Receptionists are often the first person our patients see. They use customer service and admin skills to welcome people to a hospital, health centre, clinic or NHS headquarters.
"I have had plenty of support and now I feel confident sorting out queries. It’s nice to know you’ve helped someone."
As a receptionist, you're often the first person a patient meets when they go to a hospital, clinic or health centre. You'll:
- book patients in for appointments
- enter patients’ details onto IT systems
- direct patients where to go within the department or health centre
As well as dealing with patients face-to-face, receptionists often:
- answer phones, sometimes directing calls to other staff through the switchboard or phone system
- book appointments by phone
- answer queries from patients and other staff
Patients and their relatives can be nervous or upset when they visit a hospital or clinic so as a receptionist, you may have to calm them down or reassure them. Some receptionists may combine the job with other admin duties, such as:
- chasing up reports
- inputting data
- ordering stationery
- word processing
Receptionists work with clerks, health records staff and other admin staff. Depending on where you work, you'll have contact with healthcare professionals such as GPs or nurses. If you work in a specialist clinic or in a health centre you may also deal with, for example, podiatrists, physiotherapists and occupational therapists.
Pay and benefits
As a receptionist you would typically be paid at Agenda for Change band 2 or 3. Receptionists work standard hours of around 37.5 a week. Some staff may work shifts, which could involve nights, early starts, evenings and weekends.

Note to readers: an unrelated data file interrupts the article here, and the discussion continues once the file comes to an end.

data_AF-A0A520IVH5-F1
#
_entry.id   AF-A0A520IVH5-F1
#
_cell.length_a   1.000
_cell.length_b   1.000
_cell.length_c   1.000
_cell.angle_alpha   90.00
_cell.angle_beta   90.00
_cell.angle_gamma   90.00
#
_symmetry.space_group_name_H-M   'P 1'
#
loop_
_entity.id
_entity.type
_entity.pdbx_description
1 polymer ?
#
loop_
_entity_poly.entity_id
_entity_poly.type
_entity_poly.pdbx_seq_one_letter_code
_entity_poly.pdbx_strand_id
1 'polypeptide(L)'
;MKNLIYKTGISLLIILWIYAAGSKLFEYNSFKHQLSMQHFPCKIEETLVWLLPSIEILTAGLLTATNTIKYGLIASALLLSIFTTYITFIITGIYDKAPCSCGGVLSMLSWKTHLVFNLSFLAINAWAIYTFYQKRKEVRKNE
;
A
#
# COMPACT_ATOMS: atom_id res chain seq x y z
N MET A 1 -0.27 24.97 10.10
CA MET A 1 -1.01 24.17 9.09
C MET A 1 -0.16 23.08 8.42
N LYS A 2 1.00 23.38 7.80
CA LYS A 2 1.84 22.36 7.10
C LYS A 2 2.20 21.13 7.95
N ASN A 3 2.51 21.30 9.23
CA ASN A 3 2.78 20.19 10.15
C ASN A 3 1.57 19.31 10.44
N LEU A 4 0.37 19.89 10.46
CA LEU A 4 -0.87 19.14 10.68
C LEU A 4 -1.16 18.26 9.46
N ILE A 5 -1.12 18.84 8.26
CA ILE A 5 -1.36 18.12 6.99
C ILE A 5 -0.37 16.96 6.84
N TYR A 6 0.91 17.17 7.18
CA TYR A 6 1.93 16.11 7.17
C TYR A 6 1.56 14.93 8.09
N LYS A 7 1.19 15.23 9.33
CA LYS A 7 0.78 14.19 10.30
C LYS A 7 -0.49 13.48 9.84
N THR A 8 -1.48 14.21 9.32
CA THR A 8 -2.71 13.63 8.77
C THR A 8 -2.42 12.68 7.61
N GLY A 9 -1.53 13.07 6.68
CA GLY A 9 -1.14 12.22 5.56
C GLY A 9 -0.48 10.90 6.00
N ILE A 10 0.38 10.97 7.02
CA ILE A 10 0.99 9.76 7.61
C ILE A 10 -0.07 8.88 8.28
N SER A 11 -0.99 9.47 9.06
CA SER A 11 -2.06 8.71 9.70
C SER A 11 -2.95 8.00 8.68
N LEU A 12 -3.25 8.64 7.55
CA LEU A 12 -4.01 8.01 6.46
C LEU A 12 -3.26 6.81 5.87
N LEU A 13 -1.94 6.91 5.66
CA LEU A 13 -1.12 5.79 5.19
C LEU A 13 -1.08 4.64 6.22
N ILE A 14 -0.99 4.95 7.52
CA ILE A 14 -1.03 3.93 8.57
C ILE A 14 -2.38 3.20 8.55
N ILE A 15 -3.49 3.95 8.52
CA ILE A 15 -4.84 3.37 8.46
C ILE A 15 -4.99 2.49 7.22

You’ll also have access to our generous pension scheme and health service discounts, as well as 27 days of annual leave, plus bank holidays, which increases the longer you’re in service.
Entry requirements, skills and interests
There are no set entry requirements to become a receptionist. Employers usually expect good literacy, numeracy and IT skills. They may ask for GCSEs or equivalent qualifications. Employers often ask for relevant work experience. Even where this is not specified, it would be an advantage if you have worked in an admin or customer service role.
Receptionists need to:
- be friendly and welcoming
- be patient and understanding
- follow instructions and procedures
- work accurately and methodically
- work in a team but use their own initiative
- work with all types of people
- deal with people who may be angry or upset
- be confident using the phone
- organisation skills
- good communication skills
- IT skills
- excellent customer service skills
Training and development
You will get the training you need to do the job. This includes an introduction to the department, how to use the IT and phone equipment and the procedures to follow. You may also have training in customer care.You may be offered the chance to take qualifications such as NVQs or those from:
- Association of Medical Secretaries, Practice Managers, Administrators and Receptionists (AMSPAR)
- British Society of Medical Secretaries and Administrators (BSMSA)
Some receptionists become members of AMSPAR or BSMSA. Both AMSPAR and BSMSA offer training, online forums and newsletters so staff can network with others doing the same type of work.
Where the role can lead
With further training and qualifications you could consider supervisory and managerial posts higher bands. You could become a team leader, coordinating the work of a team of reception and allied staff. Latee in your career, you could become a manager, responsible for the staff in a broader department. Some receptionists move into specialist roles such as medical secretary or PA. Others move into areas such as finance or HR. You may also have the opportunity to move into informatics, specialising in electronic data, or into IT.
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